By: - October 10, 2019 12:00 am

CA: Massive power outage as California struggles to prevent fires

Democratic Gov. Gavin Newsom said large-scale power outages in northern California were frustrating but necessary to prevent more wind-driven wildfires sparked by power lines. Utilities are struggling to prevent deadly wildfires that plagued the state last year.

FL: Florida begins arming teachers as large districts rebuff effort

Teachers in seven Florida county school districts will soon be locked and loaded thanks to a state law enacted this month that provides schools with the option to allow teachers to carry concealed guns. But 60 other districts including the state’s largest ones have not approved the idea.

AZ: Arizona leads nation in West Nile deaths

Arizona had 16 of the country’s 35 deaths from West Nile virus, mostly in the Phoenix area, and officials are trying to figure out why such a dry climate produced a mosquito-borne illness outbreak. State officials advised residents to use mosquito repellent and avoid stagnant water outdoors.

ID: Declining tax revenue could lead to Idaho deficit

Tax receipts in Idaho are million short of projections, creating a potential million deficit without spending cuts, according to new state estimates. Republican Gov. Brad Little has asked all state agencies to limit spending increases and cut back if possible ahead of next year’s legislative session.

NH, MA: New Hampshire vape shops see rush after Massachusetts ban

Stores in New Hampshire see their share of Massachusetts customers looking to escape the state sales tax or age restrictions on tobacco products. Sales have also increased since Massachusetts banned the sale of vaping products.

MI: Michigan’s medical chief says youth addiction made flavored vaping ban necessary

Dr. Joneigh Khaldun, Michigan’s chief medical executive, testified that youth vaping had become a health emergency, making a ban necessary because children were becoming addicted to nicotine. Khaldun testified for the state in a lawsuit by vaping stores seeking to overturn the ban.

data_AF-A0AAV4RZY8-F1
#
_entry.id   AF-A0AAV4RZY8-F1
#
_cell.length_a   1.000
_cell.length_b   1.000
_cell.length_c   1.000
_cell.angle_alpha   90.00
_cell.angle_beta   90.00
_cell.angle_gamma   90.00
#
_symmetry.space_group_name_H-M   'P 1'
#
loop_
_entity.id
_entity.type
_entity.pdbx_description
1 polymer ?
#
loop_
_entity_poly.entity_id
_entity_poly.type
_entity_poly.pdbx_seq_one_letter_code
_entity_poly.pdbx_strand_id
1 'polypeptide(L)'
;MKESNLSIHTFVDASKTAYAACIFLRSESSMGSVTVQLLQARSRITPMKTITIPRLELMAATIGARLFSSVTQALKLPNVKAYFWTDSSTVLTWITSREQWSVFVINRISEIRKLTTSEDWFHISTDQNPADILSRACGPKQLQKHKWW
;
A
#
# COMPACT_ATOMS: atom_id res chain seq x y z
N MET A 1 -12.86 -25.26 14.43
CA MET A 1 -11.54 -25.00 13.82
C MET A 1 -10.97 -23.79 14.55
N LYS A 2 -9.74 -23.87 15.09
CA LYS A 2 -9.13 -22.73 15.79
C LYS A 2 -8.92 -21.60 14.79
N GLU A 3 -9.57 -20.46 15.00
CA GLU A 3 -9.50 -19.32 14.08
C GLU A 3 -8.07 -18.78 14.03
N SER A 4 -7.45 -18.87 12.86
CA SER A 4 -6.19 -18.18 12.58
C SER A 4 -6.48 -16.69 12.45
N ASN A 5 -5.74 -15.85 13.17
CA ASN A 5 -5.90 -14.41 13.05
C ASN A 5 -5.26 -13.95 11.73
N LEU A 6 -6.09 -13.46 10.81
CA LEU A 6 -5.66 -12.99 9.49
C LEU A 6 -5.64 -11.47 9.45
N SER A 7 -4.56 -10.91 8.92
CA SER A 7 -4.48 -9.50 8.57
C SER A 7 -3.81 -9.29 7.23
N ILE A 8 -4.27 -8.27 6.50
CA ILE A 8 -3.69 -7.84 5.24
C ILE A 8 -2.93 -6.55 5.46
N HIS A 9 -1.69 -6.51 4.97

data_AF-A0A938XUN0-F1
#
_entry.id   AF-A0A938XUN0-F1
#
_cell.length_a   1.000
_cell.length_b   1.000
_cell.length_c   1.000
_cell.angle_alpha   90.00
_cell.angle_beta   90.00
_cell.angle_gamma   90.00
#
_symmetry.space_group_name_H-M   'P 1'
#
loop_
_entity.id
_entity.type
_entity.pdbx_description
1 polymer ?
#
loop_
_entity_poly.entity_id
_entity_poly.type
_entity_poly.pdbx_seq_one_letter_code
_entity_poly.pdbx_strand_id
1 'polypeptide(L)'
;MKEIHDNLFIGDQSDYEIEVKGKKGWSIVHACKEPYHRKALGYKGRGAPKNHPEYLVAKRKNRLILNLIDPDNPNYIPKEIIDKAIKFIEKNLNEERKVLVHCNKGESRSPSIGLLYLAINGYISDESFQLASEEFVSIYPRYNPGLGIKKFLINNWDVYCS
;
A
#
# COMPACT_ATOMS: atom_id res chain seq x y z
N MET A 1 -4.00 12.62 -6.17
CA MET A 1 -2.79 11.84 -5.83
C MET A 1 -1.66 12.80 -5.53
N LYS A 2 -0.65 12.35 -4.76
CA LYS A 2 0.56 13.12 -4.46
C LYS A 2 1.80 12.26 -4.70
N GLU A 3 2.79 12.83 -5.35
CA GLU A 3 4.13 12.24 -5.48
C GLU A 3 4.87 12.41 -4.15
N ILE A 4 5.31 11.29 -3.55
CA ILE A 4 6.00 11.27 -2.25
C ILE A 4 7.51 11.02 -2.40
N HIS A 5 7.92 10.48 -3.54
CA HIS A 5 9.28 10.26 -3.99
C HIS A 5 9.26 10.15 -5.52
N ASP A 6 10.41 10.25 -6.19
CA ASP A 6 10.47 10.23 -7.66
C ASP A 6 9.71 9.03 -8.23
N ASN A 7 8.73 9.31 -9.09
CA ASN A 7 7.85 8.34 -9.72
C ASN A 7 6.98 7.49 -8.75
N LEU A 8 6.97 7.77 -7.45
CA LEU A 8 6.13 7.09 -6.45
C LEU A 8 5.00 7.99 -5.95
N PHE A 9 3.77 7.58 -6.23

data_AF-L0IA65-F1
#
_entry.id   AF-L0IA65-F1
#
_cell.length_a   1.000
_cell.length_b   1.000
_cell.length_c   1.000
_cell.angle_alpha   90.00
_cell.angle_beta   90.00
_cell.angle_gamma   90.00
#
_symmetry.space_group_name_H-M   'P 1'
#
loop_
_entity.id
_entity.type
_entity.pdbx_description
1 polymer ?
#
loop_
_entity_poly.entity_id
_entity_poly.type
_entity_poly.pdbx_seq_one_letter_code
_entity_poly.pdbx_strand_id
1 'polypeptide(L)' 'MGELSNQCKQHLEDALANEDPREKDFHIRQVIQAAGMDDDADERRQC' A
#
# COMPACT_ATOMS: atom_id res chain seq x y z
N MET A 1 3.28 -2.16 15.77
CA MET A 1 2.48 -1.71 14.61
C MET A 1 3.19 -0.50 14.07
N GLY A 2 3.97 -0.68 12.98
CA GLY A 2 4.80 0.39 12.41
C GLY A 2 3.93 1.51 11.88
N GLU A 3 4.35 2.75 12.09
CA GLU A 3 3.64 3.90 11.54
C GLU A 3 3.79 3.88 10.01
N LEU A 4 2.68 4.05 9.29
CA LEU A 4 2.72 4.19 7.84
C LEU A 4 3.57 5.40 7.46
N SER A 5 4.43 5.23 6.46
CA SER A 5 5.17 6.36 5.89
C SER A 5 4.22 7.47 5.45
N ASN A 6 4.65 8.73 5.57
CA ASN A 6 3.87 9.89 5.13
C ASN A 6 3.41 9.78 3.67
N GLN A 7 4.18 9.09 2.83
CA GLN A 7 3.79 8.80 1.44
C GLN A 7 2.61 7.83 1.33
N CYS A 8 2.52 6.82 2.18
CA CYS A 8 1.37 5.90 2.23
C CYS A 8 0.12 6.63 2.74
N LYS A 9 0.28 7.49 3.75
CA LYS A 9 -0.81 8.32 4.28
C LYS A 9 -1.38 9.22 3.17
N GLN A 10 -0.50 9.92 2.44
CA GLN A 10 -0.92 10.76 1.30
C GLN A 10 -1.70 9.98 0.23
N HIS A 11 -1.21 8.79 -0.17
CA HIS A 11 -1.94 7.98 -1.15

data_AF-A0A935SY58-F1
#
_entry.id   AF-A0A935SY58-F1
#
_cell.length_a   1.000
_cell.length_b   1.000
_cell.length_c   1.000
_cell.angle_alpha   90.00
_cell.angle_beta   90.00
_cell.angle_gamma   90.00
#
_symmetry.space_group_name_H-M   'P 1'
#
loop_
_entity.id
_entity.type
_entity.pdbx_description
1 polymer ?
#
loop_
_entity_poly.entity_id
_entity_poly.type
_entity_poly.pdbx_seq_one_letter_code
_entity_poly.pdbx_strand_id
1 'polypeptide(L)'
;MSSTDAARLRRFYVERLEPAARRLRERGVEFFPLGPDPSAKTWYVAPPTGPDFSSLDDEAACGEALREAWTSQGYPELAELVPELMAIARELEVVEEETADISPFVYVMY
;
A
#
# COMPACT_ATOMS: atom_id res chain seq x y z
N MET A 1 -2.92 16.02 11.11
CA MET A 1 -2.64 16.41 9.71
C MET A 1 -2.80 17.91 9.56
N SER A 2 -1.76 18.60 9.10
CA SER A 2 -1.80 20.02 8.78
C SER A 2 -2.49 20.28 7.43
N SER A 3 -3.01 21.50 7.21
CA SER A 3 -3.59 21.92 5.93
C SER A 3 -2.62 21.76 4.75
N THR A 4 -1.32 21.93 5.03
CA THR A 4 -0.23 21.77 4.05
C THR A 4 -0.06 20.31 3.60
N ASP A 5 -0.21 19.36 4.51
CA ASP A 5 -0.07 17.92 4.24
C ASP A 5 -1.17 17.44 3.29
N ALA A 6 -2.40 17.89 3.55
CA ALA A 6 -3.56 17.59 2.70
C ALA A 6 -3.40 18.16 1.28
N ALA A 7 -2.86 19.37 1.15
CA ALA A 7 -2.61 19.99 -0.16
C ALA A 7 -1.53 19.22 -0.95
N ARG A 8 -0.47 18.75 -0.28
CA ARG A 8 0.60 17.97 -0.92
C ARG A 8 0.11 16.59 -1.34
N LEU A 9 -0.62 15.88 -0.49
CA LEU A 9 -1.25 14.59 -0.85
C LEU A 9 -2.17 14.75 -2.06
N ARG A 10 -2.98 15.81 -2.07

WI: Wisconsin Assembly to vote on veto changes

Proposed rules would give Republican Wisconsin lawmakers an unlimited number of attempts at overriding vetoes issued by Democratic Gov. Tony Evers.

WA, NY: Washington, New York top list of states for measles outbreaks

Washington is second only to New York among states with the most people infected by measles so far this year amid the biggest national surge in cases in more than 25 years. Of the Washington cases, 66 of the 88 affected never got a vaccine, and five got only one of the two required to develop immunity. New York recorded 914 cases.

MN: 2020 fight for Minnesota Senate control will focus on just a few seats  

In an election expected to be dominated by presidential politics, Minnesota’s two biggest parties will be spending a lot of time and money on the few races likely to decide control of the state Senate.

KS: This small Kansas town will give you free land

Many rural communities are struggling. But some are finding creative ways to grow. In Marquette, Kansas, city leaders developed a way to bring new residents inside the city limits by giving them a free plot of land to build on.

GA: Georgia judge denies opioid companies’ attempt to stop state lawsuit

A judge has denied the attempts of companies tied to Georgia’s opioid crisis to stop the state’s lawsuit against them. Georgia, under Republican Attorney General Chris Carr, sued more than two dozen opioid-makers and distributors.

NY: New York to sue over Lake Ontario flooding

New York state will sue the International Joint Commission over Lake Ontario flood damage that critics blame on the binational agency’s water level management policy. The state will seek compensation for damage to homes and businesses on the shore.

NM: New Mexico drops financial incentives for teachers

New Mexico has discontinued financial bonuses for top-rated teachers of up to ,000. They were devised by former Republican Gov. Susana Martinez and Democratic Gov. Michelle Lujan Grisham is planning a new system with less emphasis on student test scores.

NV: Nevada ex-prisoners look forward to voting for the first time

A Nevada law automatically restored the voting rights of people who had been released from prison, without any conditions, enabling them to register to vote. About 77,000 ex-prisoners are affected.

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Stateline staff
Stateline staff

Stateline’s team of veteran journalists combines original reporting with a roundup of the latest news from sources around the country.